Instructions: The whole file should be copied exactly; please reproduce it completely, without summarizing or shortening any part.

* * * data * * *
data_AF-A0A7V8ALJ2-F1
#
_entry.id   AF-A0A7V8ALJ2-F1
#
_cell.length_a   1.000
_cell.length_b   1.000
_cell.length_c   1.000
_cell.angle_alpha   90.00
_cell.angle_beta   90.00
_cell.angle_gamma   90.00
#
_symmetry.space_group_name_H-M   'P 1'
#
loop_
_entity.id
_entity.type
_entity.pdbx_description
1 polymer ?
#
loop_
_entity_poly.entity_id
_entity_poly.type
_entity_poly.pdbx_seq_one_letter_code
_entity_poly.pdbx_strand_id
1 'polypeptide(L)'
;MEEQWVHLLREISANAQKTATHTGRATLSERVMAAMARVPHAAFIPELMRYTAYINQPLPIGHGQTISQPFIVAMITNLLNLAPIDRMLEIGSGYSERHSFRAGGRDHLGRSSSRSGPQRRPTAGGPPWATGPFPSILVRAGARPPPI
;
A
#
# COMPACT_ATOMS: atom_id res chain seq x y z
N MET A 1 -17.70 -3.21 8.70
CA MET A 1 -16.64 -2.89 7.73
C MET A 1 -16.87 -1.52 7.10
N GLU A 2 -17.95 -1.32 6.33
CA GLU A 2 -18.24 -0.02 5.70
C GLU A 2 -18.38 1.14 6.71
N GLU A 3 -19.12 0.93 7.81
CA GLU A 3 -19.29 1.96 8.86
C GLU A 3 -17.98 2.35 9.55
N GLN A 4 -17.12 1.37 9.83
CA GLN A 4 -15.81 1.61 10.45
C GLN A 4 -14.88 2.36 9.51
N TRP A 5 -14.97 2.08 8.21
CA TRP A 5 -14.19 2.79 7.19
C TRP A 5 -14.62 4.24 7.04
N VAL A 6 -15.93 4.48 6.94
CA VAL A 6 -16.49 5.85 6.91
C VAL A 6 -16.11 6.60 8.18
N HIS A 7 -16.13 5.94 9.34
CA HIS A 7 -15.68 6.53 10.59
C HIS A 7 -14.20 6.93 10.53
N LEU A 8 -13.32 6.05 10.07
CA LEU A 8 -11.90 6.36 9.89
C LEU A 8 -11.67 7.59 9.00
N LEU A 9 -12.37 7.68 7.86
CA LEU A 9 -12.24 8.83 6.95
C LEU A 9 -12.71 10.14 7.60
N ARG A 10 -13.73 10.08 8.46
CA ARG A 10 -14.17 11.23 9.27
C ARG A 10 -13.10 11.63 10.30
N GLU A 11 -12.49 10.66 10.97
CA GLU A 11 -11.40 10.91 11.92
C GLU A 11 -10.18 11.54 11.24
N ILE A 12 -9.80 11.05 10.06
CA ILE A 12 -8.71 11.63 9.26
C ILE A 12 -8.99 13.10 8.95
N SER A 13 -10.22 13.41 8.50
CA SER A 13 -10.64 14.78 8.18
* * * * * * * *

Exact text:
data_AF-A0A7V8ALJ2-F1
#
_entry.id   AF-A0A7V8ALJ2-F1
#
_cell.length_a   1.000
_cell.length_b   1.000
_cell.length_c   1.000
_cell.angle_alpha   90.00
_cell.angle_beta   90.00
_cell.angle_gamma   90.00
#
_symmetry.space_group_name_H-M   'P 1'
#
loop_
_entity.id
_entity.type
_entity.pdbx_description
1 polymer ?
#
loop_
_entity_poly.entity_id
_entity_poly.type
_entity_poly.pdbx_seq_one_letter_code
_entity_poly.pdbx_strand_id
1 'polypeptide(L)'
;MEEQWVHLLREISANAQKTATHTGRATLSERVMAAMARVPHAAFIPELMRYTAYINQPLPIGHGQTISQPFIVAMITNLLNLAPIDRMLEIGSGYSERHSFRAGGRDHLGRSSSRSGPQRRPTAGGPPWATGPFPSILVRAGARPPPI
;
A
#
# COMPACT_ATOMS: atom_id res chain seq x y z
N MET A 1 -17.70 -3.21 8.70
CA MET A 1 -16.64 -2.89 7.73
C MET A 1 -16.87 -1.52 7.10
N GLU A 2 -17.95 -1.32 6.33
CA GLU A 2 -18.24 -0.02 5.70
C GLU A 2 -18.38 1.14 6.71
N GLU A 3 -19.12 0.93 7.81
CA GLU A 3 -19.29 1.96 8.86
C GLU A 3 -17.98 2.35 9.55
N GLN A 4 -17.12 1.37 9.83
CA GLN A 4 -15.81 1.61 10.45
C GLN A 4 -14.88 2.36 9.51
N TRP A 5 -14.97 2.08 8.21
CA TRP A 5 -14.19 2.79 7.19
C TRP A 5 -14.62 4.24 7.04
N VAL A 6 -15.93 4.48 6.94
CA VAL A 6 -16.49 5.85 6.91
C VAL A 6 -16.11 6.60 8.18
N HIS A 7 -16.13 5.94 9.34
CA HIS A 7 -15.68 6.53 10.59
C HIS A 7 -14.20 6.93 10.53
N LEU A 8 -13.32 6.05 10.07
CA LEU A 8 -11.90 6.36 9.89
C LEU A 8 -11.67 7.59 9.00
N LEU A 9 -12.37 7.68 7.86
CA LEU A 9 -12.24 8.83 6.95
C LEU A 9 -12.71 10.14 7.60
N ARG A 10 -13.73 10.08 8.46
CA ARG A 10 -14.17 11.23 9.27
C ARG A 10 -13.10 11.63 10.30
N GLU A 11 -12.49 10.66 10.97
CA GLU A 11 -11.40 10.91 11.92
C GLU A 11 -10.18 11.54 11.24
N ILE A 12 -9.80 11.05 10.06
CA ILE A 12 -8.71 11.63 9.26
C ILE A 12 -8.99 13.10 8.95
N SER A 13 -10.22 13.41 8.50
CA SER A 13 -10.64 14.78 8.18